10. No summer or winter in terms like that found farther north or south
The rainy season is more or less from May to November, and the dry season is more or less from December to April. That’s pretty much it. The temp stays between 65° and 80°F (18°-27°C) through-out the year. It gets a bit warmer closer to the beach.
11. Costa Rica has a 96% literacy rate
When the kids in poor and rural parts of the country don’t have a school house, there are government sponsored classes over the radio. “Que chiva, de la verdad!?!?” How cool is that, really!?!?
12. Costa Rica is not on the map so to speak
“It’s down by the old oak tree,” is still a reality in Costa Rica. A GPS will display street names in Costa Rica, yet Ticas still use landmarks to give directions in lieu of street names. San Jose residents readily used street names and numbers through the early 20th century, but the practice fell off when a population boom hit in the 1950s and 60s. Only in 2012 did the capital city of San Jose commence a $1 million project to reintroduce street signs and a more regulated postal system.
13. Pura Vida or “Pure Life,” is a way of being in Costa Rica
It is not just a slogan on a T-shirt. Costa Ricans often make the salutation of “Pura Vida,” upon greeting or departing. The feeling of living a natural existence is inferred and meant.
14. Costa Rica can be counted as one the few places with a high life expectancy
The stress free lifestyle, and the healthy ecosystem help to contribute to a long lifespan in Costa Rica. The average calculated lifespan is around 80 years, and people often surpass that mark.
15. The happiest country in the world according to HPI
The Happy Planet Index calculates the potential for happiness based on life expectancy, experienced well-being, and Ecological Footprint, and has been presented as a possible substitution for GDP by the London Parliament. With Pura Vida as their philosophy, it comes as no surprise that Costa Ricans are considered to be some of the happiest people on Earth. With a score of 64.0, Costa Rica tops this list. (The United States, for comparison, has an HPI of 37.3.)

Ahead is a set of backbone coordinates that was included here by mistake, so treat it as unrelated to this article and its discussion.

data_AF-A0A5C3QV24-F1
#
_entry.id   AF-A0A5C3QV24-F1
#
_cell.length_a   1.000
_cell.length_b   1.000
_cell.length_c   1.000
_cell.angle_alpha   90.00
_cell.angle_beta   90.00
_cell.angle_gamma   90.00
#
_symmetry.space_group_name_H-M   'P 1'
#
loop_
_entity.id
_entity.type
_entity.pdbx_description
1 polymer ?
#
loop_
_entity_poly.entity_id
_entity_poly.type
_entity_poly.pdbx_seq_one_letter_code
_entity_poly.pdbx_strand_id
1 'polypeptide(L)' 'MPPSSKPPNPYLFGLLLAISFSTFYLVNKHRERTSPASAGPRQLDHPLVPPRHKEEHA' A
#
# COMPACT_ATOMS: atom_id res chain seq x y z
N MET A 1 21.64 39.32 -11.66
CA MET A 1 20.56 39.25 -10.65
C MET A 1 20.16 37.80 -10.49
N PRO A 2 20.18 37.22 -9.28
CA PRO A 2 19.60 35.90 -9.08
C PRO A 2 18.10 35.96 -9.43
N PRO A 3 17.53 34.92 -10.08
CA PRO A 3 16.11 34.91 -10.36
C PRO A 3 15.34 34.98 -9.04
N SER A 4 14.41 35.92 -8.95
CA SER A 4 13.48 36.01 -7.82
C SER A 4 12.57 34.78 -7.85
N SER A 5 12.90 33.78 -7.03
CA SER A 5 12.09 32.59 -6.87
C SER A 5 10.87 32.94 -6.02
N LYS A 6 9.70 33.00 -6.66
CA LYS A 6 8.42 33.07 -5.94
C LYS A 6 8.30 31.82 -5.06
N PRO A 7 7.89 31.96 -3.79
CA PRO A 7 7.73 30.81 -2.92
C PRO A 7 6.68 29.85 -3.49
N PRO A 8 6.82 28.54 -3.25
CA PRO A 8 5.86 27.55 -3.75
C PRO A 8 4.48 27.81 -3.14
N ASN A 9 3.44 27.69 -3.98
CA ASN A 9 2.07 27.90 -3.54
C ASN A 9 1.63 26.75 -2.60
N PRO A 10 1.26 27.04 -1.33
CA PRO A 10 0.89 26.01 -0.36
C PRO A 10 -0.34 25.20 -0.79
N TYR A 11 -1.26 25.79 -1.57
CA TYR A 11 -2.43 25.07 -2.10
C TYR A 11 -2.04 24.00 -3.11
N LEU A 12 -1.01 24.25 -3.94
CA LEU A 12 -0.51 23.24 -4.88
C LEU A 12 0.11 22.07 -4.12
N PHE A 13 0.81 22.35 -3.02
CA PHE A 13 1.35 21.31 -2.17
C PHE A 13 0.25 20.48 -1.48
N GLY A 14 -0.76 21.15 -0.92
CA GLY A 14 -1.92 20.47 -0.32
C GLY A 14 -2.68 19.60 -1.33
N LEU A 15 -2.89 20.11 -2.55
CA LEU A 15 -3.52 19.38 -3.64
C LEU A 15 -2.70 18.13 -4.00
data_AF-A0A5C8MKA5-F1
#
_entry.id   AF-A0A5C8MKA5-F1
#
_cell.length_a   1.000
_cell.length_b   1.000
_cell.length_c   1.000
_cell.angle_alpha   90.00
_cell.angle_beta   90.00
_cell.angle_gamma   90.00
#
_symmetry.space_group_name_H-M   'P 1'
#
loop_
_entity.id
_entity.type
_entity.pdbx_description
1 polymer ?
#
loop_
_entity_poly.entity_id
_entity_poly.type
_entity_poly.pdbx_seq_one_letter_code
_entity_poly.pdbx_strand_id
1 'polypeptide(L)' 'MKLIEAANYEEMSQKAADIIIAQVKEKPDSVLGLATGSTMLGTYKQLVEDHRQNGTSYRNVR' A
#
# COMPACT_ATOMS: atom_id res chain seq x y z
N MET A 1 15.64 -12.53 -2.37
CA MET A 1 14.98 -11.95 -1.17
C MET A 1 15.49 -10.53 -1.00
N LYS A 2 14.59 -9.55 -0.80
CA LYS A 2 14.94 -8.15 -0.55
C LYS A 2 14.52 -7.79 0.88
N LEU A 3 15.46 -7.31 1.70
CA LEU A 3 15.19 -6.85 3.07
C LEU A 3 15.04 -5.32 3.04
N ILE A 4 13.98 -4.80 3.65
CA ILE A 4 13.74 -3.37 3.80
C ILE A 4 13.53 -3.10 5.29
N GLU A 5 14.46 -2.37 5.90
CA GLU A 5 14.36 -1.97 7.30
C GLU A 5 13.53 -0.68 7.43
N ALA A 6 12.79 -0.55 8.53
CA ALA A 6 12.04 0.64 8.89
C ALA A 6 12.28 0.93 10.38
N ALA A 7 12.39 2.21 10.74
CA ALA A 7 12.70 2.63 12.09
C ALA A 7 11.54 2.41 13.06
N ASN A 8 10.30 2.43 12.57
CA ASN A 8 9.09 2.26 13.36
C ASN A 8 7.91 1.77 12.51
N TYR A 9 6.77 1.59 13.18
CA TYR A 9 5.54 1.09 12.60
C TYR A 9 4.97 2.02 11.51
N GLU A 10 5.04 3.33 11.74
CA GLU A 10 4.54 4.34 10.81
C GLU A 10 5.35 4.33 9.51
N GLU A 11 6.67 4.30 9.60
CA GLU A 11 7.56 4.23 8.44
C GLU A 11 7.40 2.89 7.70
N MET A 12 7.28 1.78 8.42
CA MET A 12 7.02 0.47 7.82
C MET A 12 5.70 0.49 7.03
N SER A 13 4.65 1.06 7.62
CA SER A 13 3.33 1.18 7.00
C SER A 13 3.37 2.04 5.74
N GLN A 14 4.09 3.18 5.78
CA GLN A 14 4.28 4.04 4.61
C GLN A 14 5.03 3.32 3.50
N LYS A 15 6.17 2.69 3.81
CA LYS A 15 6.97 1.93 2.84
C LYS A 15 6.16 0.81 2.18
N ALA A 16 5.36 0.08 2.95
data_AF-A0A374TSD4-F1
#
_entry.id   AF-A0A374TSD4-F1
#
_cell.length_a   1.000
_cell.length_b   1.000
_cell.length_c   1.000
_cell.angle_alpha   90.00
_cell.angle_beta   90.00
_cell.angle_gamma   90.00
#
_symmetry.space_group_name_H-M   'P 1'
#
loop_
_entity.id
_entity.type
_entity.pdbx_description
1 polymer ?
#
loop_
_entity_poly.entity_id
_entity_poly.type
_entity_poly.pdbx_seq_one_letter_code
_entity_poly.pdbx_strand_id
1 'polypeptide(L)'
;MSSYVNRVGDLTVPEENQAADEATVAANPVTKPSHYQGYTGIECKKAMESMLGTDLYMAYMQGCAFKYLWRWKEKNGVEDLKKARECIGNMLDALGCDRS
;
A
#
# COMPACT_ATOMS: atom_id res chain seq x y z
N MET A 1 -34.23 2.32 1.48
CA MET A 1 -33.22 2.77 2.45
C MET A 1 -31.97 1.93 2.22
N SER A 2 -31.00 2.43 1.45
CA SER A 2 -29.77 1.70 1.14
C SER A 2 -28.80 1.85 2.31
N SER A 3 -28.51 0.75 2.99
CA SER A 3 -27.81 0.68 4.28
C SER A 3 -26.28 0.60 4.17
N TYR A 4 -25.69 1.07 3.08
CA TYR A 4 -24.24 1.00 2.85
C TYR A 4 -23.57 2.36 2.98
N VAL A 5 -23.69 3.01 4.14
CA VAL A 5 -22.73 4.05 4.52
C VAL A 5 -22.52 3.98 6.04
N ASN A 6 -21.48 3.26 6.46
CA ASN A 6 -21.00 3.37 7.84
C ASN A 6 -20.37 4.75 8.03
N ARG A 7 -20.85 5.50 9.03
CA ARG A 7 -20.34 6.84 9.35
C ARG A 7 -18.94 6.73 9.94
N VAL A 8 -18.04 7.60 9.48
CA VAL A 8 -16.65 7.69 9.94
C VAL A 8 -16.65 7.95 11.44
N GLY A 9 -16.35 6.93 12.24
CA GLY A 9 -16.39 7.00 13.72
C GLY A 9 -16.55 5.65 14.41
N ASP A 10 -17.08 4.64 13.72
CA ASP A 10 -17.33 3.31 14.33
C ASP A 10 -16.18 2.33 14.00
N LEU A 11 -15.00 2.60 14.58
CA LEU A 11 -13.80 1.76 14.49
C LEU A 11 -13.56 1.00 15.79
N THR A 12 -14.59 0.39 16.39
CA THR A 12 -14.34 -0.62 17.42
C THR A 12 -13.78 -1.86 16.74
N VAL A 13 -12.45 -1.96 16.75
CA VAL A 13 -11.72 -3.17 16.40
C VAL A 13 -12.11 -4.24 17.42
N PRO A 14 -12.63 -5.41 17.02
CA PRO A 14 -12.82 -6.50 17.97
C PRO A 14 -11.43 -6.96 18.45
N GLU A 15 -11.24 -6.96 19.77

16. There are a total of 50 national parks in the network of parks in Costa Rica
For a small country, there is so much to see that you couldn’t expect to take it all in even if you had nothing but time and free gas for ten years. The parks range from the enormous International Park of La Amistad to the smaller and somewhat unknown parks such as Peñas Blancas National Park or Diria National Park. The time spent in these biological marvels could be done on zip-line tours hanging from tree-tops, or hiking along a trail where you’re the soul visitor to grace the park aside from the surrounding flora and fauna.
17. Patois and Spanish are spoken in the Caribbean
In the province of Limon, Costa Rica, many of the residents are the descendants of African workers that were brought into the country from Jamaica as contract laborers to work on a railroad which was to extend from the capital of San Jose through the province of Limon. The railroad never reached fruition, but the United Fruit Company and its banana trade became the most lucrative export industry in the country for many years. Thus, the Caribbean coast has a distinct feel and language that is quite different from the rest of the country.
18. A Democratic Nation
Costa Rica is the longest standing democracy in Central America
19. There is no née for married women
Women in Costa Rica do not take their husband’s name, but rather keep their full maiden name along with her mother’s maiden name for life. Children, however, take their father’s name.
20. Costa Rica has more water than land
The marine area of Costa Rica is about 580,000 square kilometers (223,939 square miles). That makes the area of its waters roughly 10 times larger than the area of its land at 52,100 square kilometers (20,116 square miles).